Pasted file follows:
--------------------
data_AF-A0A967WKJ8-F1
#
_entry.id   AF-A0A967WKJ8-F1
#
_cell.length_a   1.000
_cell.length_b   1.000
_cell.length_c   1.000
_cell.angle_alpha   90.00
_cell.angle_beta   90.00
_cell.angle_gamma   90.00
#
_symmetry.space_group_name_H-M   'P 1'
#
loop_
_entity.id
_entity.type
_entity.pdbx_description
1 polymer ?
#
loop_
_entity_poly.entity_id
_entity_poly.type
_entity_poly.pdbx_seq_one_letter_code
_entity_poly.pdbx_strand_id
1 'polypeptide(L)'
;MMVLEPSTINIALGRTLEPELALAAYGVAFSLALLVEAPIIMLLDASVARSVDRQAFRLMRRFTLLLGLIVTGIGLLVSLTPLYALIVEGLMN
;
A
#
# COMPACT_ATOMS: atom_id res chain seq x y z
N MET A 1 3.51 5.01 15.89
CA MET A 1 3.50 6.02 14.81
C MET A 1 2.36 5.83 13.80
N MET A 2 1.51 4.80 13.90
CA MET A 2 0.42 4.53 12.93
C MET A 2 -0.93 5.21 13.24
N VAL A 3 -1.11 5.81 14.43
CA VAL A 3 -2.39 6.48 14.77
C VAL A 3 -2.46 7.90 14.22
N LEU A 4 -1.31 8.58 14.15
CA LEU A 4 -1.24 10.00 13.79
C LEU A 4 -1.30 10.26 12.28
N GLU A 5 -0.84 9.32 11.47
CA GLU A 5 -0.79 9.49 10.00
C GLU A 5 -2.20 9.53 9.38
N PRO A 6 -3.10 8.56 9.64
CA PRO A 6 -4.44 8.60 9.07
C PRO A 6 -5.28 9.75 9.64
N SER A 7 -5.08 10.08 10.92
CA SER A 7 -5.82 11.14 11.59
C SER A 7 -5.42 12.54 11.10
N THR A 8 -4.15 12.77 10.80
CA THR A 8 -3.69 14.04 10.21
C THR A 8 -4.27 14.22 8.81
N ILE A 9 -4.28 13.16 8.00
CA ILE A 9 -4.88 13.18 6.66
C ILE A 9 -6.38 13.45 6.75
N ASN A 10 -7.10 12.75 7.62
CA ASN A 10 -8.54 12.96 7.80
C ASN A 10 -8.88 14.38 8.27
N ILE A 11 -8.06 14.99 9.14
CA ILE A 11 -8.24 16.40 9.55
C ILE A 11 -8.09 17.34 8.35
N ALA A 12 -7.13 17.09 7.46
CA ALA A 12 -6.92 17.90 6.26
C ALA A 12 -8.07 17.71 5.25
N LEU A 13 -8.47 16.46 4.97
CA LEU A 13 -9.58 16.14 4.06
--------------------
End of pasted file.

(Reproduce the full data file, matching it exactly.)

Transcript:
data_AF-A0A967WKJ8-F1
#
_entry.id   AF-A0A967WKJ8-F1
#
_cell.length_a   1.000
_cell.length_b   1.000
_cell.length_c   1.000
_cell.angle_alpha   90.00
_cell.angle_beta   90.00
_cell.angle_gamma   90.00
#
_symmetry.space_group_name_H-M   'P 1'
#
loop_
_entity.id
_entity.type
_entity.pdbx_description
1 polymer ?
#
loop_
_entity_poly.entity_id
_entity_poly.type
_entity_poly.pdbx_seq_one_letter_code
_entity_poly.pdbx_strand_id
1 'polypeptide(L)'
;MMVLEPSTINIALGRTLEPELALAAYGVAFSLALLVEAPIIMLLDASVARSVDRQAFRLMRRFTLLLGLIVTGIGLLVSLTPLYALIVEGLMN
;
A
#
# COMPACT_ATOMS: atom_id res chain seq x y z
N MET A 1 3.51 5.01 15.89
CA MET A 1 3.50 6.02 14.81
C MET A 1 2.36 5.83 13.80
N MET A 2 1.51 4.80 13.90
CA MET A 2 0.42 4.53 12.93
C MET A 2 -0.93 5.21 13.24
N VAL A 3 -1.11 5.81 14.43
CA VAL A 3 -2.39 6.48 14.77
C VAL A 3 -2.46 7.90 14.22
N LEU A 4 -1.31 8.58 14.15
CA LEU A 4 -1.24 10.00 13.79
C LEU A 4 -1.30 10.26 12.28
N GLU A 5 -0.84 9.32 11.47
CA GLU A 5 -0.79 9.49 10.00
C GLU A 5 -2.20 9.53 9.38
N PRO A 6 -3.10 8.56 9.64
CA PRO A 6 -4.44 8.60 9.07
C PRO A 6 -5.28 9.75 9.64
N SER A 7 -5.08 10.08 10.92
CA SER A 7 -5.82 11.14 11.59
C SER A 7 -5.42 12.54 11.10
N THR A 8 -4.15 12.77 10.80
CA THR A 8 -3.69 14.04 10.21
C THR A 8 -4.27 14.22 8.81
N ILE A 9 -4.28 13.16 8.00
CA ILE A 9 -4.88 13.18 6.66
C ILE A 9 -6.38 13.45 6.75
N ASN A 10 -7.10 12.75 7.62
CA ASN A 10 -8.54 12.96 7.80
C ASN A 10 -8.88 14.38 8.27
N ILE A 11 -8.06 14.99 9.14
CA ILE A 11 -8.24 16.40 9.55
C ILE A 11 -8.09 17.34 8.35
N ALA A 12 -7.13 17.09 7.46
CA ALA A 12 -6.92 17.90 6.26
C ALA A 12 -8.07 17.71 5.25
N LEU A 13 -8.47 16.46 4.97
CA LEU A 13 -9.58 16.14 4.06